When I recently heard about yet another Vampi reboot, I tweeted my disgust whilst promising to keep an open mind. Now, with this 25c introductory comic in my hands, is it “eat my hat” time?
In a similar vein as the recent Red Sonja books, Vampi is certainly not in Kansas anymore. In its place we start with a trio of characters on a bit of a trek. It seems that they are unhappy with their lot in life with something not quite right in their Paradise, hence their hike through the snow. Their quest is to locate and wake Vampi who herself is currently asleep and dreaming of her past and metaphorically her present, unaware of the prophecy that is waiting to curls its arms around her.
Fans of Vampi will now that she has been around since the 70’s, in one guise or another. For a few years now, Dynamite has been her home. Through her stay at Dynamite, she has gone through a number of changes, the last one only last year, seemed to be given up on a little early. With this history it is easy to fall into a level of distrust with the ideas that British writer Paul Cornell is looking to add.
Paul Cornell is a writer who is probably best known for his work on Doctor Who novels, along with his work on Action Comics and with Knight & Squire. Here, Cornell’s writing is hampered a little by having to bring the reader up to some level of speed without giving the whole game away. A similar problem happened to Amy Chu’s Sonja book, but here Cornell is helped by having a trio of characters to work with so we learn through their discussion. The dialogue is interesting, with allusions to the world that we yet to be introduced too mixing in with the environments that the characters inhabit, before falling towards stating the obvious a little towards the end.
Cornell’s partner in crime is fellow Brit Jimmy Broxton. I have not seen a lot of Broxton’s work in the past, but looking at it through my cautious eyes I am impressed. Broxton has a style that reminds me of the classic art of Russ Manning. This is pretty much a change of pace from the majority of mainstream books and this difference does give it a fresh, if aged in places, appeal. As this is an introduction book, there is a lot of dialogue yet Broxton doesn’t allow it to detract from the storytelling. As for Vampi herself, there is an impish quality about her that harkens back to her original look way back in the 70’s. Also adding to the 70’s vibe is Broxton’s choice of color scheme. As you would expect from Dynamite, there are a trio of covers to choose from; cover “A” by Philip Tan; cover “B” from Joseph Michael Linsner; cover “C” from cheesecake maestro J. Scott Campbell.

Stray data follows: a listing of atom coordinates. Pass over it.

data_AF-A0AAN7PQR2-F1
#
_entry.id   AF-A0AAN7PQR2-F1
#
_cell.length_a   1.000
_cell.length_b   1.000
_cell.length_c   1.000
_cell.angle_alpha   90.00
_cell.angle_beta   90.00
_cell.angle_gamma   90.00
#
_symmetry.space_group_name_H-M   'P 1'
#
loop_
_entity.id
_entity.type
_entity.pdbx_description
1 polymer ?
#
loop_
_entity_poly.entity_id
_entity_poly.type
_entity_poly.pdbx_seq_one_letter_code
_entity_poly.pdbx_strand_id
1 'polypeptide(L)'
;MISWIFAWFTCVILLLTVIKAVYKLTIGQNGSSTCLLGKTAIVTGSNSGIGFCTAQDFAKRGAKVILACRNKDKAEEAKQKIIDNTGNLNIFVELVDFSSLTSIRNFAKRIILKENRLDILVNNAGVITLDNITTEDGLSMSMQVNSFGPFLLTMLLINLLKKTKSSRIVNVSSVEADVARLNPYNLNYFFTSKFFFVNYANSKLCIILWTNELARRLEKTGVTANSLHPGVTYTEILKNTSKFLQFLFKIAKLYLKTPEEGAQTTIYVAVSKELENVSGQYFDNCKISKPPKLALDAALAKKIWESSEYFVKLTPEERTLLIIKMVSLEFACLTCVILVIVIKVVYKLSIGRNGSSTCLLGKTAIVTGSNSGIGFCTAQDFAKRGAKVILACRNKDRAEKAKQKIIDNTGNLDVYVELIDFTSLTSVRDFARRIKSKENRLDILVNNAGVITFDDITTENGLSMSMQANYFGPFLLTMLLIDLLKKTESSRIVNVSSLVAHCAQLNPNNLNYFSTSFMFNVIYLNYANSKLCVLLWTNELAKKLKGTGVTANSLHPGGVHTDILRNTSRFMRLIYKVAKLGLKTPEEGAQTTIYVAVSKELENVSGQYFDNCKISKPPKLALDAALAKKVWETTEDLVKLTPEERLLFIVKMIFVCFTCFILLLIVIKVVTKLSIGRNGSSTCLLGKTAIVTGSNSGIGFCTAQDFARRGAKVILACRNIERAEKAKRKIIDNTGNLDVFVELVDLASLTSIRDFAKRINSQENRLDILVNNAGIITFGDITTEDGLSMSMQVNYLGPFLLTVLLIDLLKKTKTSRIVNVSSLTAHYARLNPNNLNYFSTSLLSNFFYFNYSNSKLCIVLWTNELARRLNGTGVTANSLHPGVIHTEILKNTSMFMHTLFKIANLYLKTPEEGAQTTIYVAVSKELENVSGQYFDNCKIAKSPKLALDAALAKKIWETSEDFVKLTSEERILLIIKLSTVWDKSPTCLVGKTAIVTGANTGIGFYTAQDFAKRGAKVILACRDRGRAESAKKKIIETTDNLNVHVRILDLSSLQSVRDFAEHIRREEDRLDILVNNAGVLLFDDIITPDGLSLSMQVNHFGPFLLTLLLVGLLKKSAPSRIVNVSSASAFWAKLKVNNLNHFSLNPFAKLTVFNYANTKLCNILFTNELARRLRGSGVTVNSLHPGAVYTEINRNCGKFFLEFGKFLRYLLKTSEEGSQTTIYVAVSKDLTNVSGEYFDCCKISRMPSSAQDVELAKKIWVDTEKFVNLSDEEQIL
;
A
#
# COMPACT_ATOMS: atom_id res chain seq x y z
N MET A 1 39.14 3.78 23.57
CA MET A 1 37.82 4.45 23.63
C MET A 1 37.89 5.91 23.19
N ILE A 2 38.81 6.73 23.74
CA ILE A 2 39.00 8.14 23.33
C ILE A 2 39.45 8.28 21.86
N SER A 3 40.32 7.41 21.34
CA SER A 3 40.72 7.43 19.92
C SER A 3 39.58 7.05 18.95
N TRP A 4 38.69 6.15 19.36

Vampirella is one of the most controversial comic book characters around. Whether its her sensuality or her costume or her vivaciousness it seems that no-one really knows what to do with her or how to successfully make a go of an ongoing series. Even this time around, there is another costume change coming. Still, at least with Cornell and Broxton on the books, there is a chance that this book will have a distinctive look. Now if you excuse me, I need to find a recipe for grilled chapeau and cheese.
Writing – 3.5 Stars
Art – 4 Stars
Colors – 4 Stars
Cover “A” – 5 Stars
ART BY Jimmy Broxton
COVER BY Philip Tan
PUBLISHER Dynamite Entertainment